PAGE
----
Tamper-Resistant Oxycodone May Have Lead Users To Use Different Opioids

MedicalResearch.com Interview with:

Andrea Schaffer PhD Research Fellow Centre for Big Data Research in Health UNSW Sydney NSW Australia

Dr. Schaffer

Andrea Schaffer PhD
Research Fellow
Centre for Big Data Research in Health
UNSW Sydney NSW Australia 

MedicalResearch.com: What is the background for this study?

Response: Use and misuse of opioids has increased dramatically in Australia over the past 20 years. In 2014, Australia introduced tamper-resistant controlled-release (CR) oxycodone, which forms a viscous gel when crushed, and is designed to deter its injection or snorting. However, this formulation does not prevent dependence, and can still be misused orally. Tamper-resistant oxycodone CR was also introduced in the US (2010) and Canada (2012), resulting in reductions in oxycodone CR use. However, no large population-level studies have looked at switching behaviour in individuals using oxycodone CR, either in Australia or abroad.

MedicalResearch.com: What are the main findings? 

Response: Using nationally representative data on nearly 37,000 people dispensed oxycodone CR over 4.5 years, we found that introduction of tamper-resistant oxycodone CR led to a sustained decrease in use among people <65 years, with the greatest decrease observed for higher tablet strengths (40-80 mg). Despite this reduction, we did not observe any increase in discontinuation of opioid use, but rather an increase in switching from oxycodone CR to other opioids, particularly morphine in people aged <45 years using higher strengths of oxycodone CR.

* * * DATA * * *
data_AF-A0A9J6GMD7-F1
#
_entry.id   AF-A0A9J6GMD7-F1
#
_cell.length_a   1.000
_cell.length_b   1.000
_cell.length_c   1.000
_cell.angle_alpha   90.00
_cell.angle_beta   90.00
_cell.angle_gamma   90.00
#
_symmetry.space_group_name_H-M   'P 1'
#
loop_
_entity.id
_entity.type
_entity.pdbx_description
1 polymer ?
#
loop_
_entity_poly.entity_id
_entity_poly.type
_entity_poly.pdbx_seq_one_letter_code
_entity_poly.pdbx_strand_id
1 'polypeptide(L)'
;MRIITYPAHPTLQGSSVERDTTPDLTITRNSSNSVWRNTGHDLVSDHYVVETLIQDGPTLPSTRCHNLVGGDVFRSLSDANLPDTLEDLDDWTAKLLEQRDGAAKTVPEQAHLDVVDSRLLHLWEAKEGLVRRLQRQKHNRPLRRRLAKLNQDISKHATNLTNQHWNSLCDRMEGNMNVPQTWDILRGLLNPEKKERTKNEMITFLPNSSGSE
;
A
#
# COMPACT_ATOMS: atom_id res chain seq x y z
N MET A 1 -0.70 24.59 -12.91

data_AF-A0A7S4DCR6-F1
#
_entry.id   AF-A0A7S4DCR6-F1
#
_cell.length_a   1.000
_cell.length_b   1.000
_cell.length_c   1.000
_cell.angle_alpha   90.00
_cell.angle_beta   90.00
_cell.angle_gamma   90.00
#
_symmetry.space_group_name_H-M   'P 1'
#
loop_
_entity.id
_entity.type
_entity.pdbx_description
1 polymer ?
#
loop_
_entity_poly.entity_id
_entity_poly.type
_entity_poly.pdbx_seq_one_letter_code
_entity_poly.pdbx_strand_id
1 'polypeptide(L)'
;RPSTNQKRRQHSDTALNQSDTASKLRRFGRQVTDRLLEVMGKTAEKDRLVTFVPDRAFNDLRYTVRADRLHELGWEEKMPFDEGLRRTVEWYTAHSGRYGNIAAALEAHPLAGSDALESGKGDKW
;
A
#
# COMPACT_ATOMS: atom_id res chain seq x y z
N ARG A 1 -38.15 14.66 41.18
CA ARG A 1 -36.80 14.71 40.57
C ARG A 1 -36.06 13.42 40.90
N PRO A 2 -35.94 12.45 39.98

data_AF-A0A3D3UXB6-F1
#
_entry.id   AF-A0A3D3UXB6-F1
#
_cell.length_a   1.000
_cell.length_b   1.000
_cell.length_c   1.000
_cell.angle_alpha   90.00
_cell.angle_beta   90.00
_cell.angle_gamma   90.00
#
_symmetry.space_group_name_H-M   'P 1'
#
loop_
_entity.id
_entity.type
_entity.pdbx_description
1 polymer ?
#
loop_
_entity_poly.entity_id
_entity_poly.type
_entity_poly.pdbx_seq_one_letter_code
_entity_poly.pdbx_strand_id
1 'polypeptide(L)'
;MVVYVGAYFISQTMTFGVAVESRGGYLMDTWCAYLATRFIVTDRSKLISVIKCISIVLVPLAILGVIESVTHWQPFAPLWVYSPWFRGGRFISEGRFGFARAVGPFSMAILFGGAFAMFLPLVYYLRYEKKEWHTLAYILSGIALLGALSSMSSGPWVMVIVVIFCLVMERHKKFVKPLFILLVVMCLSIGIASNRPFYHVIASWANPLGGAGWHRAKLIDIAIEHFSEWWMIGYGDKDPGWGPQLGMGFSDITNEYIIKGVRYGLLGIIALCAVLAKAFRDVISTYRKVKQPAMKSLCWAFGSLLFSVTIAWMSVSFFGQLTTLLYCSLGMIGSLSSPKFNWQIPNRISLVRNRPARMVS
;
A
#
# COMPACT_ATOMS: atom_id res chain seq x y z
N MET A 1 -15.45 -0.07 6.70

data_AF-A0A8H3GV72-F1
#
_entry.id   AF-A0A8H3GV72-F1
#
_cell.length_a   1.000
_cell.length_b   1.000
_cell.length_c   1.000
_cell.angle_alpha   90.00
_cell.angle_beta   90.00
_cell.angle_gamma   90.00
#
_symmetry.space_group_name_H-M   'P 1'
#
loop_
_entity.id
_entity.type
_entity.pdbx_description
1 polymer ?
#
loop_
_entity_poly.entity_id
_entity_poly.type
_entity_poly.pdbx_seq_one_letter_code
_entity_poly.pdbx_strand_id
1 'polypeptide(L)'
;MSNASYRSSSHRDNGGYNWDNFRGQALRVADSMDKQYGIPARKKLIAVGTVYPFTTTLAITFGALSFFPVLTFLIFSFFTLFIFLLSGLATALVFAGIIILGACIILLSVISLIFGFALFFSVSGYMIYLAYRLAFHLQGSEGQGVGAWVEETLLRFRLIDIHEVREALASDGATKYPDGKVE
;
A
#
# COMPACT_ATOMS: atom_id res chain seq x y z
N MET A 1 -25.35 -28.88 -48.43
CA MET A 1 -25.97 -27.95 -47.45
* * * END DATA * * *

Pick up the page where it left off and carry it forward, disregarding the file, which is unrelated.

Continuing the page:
MedicalResearch.com: What should readers take away from your report? 

Response: Our findings suggest that the introduction of tamper-resistant oxycodone may have led some people to seek out other, non-tamper-resistant opioids, such as morphine. While we could not determine whether people switching to other opioids were actually misusing opioids or not, younger people using high strength oxycodone CR have previously been identified in Australia as a group at greater risk of opioid misuse and harms, and may warrant closer monitoring in clinical practice 

MedicalResearch.com: What recommendations do you have for future research as a result of this work? 

Response: While we have shown that tamper-resistant oxycodone CR has led to changes in patterns of opioid use in Australia, further research is needed to determine whether the introduction of tamper-resistant oxycodone CR has also resulted in changes in health outcomes, such as opioid overdose and opioid-related mortality.

Disclosures: Three of the study’s co-authors have received untied, investigator-drive educational grants from pharmaceutical companies for post-market surveillance studies of opioids. The funders played no role in the design, conduct, or interpretation of the study’s findings, and there were no restrictions placed on publication.


Person-level changes in oxycodone use after the introduction of a tamper-resistant formulation in Australia

Andrea L. SchafferNicholas A. BuckleyLouisa DegenhardtBriony LaranceRose CairnsTimothy A. Dobbins and Sallie-Anne Pearson

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Last Updated on March 26, 2018 by Marie Benz MD FAAD